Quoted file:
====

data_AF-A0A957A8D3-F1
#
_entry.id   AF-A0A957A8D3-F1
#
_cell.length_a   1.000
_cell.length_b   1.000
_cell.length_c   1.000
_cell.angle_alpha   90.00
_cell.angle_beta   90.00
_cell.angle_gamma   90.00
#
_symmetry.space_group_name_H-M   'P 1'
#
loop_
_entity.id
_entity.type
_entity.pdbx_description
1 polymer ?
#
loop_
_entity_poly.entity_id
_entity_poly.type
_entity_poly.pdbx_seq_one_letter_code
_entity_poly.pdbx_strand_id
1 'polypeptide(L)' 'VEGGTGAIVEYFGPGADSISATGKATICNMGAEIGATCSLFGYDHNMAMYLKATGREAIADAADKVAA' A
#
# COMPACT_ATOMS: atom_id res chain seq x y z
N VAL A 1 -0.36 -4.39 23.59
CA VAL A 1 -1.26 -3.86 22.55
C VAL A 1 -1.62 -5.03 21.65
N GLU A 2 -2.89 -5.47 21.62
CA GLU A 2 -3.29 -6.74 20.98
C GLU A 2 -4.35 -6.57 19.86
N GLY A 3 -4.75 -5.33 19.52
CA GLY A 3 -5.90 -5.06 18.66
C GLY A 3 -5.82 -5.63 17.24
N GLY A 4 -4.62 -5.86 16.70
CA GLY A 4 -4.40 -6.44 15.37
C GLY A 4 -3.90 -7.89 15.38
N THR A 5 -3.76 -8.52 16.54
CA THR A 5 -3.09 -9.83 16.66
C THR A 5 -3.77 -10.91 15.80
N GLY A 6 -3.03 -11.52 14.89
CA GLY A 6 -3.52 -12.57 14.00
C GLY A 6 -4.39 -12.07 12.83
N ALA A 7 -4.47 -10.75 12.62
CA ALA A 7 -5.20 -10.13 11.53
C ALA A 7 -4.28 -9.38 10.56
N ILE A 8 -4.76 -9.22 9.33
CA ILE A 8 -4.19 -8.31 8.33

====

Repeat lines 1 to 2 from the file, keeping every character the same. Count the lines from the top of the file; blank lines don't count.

data_AF-A0A957A8D3-F1
#